Gas metal arc welding has come a long way since the invention of tandem welding (GMAW). It was made with perfect welding quality and high productivity in mind, since welding processes that meet these conditions are becoming more and more in demand.
But what does tandem welding mean? What are the benefits of the method, and where is it used? How is it different from welding with two wires?
High-performance MIG/MAG welding with two wire electrodes is used in the process. It is only used in fully automated (robot) applications, and is ideal for increasing welding speed as well as deposition rate. So how does it work?
Tandem welding involves melting two wire electrodes at the same time. These go through two contact tips that are electrically separate, which means that the potentials are different. As a result, the arcs can be controlled independently and, despite differing outputs, can be precisely coordinated.
What’s different about double-wire welding and tandem welding?
Double-wire welding is where welding with two wire electrodes got its start (developed at Fronius around 25 years ago). Here, electrodes with the same potential were used, which means that they were not electrically separated. These could be put into either a single contact tip or two separate ones.
What’s wrong with it:
When double-wire welding was invented, there were no good characteristics like pulse or PMC (groundbreaking developments). Standard welding in the dip transfer arc used back then caused more welding spatter, which made the arc unstable and cause the length of the arc to change. In the process, this led to other problems (e.g., adhesion of spatter on contact tip and gas nozzle).
Tandem Welding in Detail
Tandem welding uses two separate welding systems that are timed to work together. The different wire electrodes are fed into a single torch hosepack by separate wirefeeders. The torch has a single gas nozzle and contact tips that are not connected to each other electrically. A single weld pool is made by two arcs.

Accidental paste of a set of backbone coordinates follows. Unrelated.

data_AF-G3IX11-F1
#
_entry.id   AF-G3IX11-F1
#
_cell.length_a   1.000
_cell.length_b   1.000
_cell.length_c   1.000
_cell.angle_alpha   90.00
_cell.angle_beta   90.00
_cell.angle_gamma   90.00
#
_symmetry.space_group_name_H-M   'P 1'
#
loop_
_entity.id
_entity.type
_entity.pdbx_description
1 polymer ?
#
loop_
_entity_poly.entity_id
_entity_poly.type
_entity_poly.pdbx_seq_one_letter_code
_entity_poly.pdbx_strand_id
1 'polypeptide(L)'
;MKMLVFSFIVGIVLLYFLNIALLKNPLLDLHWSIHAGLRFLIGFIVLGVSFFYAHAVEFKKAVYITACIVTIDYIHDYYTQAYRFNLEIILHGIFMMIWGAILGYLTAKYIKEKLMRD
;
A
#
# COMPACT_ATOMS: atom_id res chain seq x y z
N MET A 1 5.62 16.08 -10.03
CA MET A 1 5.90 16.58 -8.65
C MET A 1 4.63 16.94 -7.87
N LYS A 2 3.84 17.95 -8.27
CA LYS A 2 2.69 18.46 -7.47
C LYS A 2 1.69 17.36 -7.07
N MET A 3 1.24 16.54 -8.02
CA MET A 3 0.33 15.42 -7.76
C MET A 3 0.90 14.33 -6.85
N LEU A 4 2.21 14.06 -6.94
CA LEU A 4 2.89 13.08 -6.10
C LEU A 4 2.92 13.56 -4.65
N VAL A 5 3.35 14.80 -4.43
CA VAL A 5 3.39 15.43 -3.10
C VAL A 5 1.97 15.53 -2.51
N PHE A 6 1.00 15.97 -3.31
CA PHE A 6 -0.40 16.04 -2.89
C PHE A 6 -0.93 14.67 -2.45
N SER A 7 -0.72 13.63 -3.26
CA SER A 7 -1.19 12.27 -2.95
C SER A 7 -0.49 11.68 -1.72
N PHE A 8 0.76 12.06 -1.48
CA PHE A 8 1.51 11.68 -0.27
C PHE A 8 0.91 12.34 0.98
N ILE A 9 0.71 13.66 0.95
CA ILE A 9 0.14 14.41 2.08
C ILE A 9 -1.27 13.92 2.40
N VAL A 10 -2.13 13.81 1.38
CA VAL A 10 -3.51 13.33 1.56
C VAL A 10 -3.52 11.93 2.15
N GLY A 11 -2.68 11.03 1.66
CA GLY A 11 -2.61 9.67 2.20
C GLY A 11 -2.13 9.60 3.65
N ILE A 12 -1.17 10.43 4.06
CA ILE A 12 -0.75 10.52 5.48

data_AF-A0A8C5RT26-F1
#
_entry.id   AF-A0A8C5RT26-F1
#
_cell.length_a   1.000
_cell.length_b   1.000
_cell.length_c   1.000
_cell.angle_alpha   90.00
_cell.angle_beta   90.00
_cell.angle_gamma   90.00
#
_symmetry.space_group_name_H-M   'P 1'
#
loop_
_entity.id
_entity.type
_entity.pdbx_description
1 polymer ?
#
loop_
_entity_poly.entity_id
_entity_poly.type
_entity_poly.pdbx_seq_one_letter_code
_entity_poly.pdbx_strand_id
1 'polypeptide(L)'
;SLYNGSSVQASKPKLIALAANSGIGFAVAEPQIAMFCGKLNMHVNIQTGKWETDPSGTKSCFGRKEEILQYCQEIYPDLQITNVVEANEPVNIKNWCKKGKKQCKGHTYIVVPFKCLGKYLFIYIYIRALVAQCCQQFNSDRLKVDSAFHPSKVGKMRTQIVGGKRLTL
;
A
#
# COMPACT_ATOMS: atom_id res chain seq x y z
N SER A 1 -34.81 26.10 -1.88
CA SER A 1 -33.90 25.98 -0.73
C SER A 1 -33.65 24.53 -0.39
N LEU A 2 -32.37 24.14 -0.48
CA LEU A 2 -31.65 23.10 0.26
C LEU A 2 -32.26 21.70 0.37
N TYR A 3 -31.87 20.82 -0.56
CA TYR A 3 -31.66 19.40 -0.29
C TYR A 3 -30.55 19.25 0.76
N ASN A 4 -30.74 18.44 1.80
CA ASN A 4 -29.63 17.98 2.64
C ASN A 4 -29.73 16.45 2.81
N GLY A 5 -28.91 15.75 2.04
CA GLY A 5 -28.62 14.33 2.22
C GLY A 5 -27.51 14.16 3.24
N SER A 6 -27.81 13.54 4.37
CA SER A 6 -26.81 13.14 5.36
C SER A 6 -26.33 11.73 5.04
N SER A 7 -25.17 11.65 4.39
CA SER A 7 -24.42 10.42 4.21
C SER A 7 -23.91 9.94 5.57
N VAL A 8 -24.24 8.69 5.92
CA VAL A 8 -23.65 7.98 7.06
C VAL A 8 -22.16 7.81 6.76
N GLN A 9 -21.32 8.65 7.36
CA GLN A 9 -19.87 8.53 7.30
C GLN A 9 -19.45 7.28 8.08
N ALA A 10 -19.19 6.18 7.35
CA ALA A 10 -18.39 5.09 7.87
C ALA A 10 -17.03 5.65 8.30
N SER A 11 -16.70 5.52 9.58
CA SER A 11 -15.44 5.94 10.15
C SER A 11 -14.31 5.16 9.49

Using a Twin Controller, both wire electrodes can be synchronised in the following ways: start, phase shift of the material transfer (without phase shift, it is not possible to control droplet detachment at the same time), etc. A wire electrode can also be connected or taken apart. Welding can be done both forward and backward.
This gives them a lot of flexibility because the process is much more stable and they can weld thin sheets at speeds of 2 m/min or more. The process has a high deposition rate (22 kg/h or more) for thick sheets, which makes it possible to get a much bigger weld seam volume.
A quick look at the pros of tandem welding.
Two different contact tips, and each one can be controlled on its own.
/ Welding speeds of 2 m/min or more, depending on the position.
Very high rate of deposition (22 kg/h or more)
Useful for both thin and thick sheets
/ Lots of chances to save money
/ Simple to use
Lead (front) and trail (back) wire electrodes can have different wire feed speeds.
/ Getting both arcs to work together makes the process more stable.
The process is very flexible and has many advantages, so it can be used in many different ways. Because of this, tandem welding is used in the Yellow Goods (construction equipment), Commercial Transport (building cars and trains), Automotive Industry (supply industry), and General Industry sectors (container construction).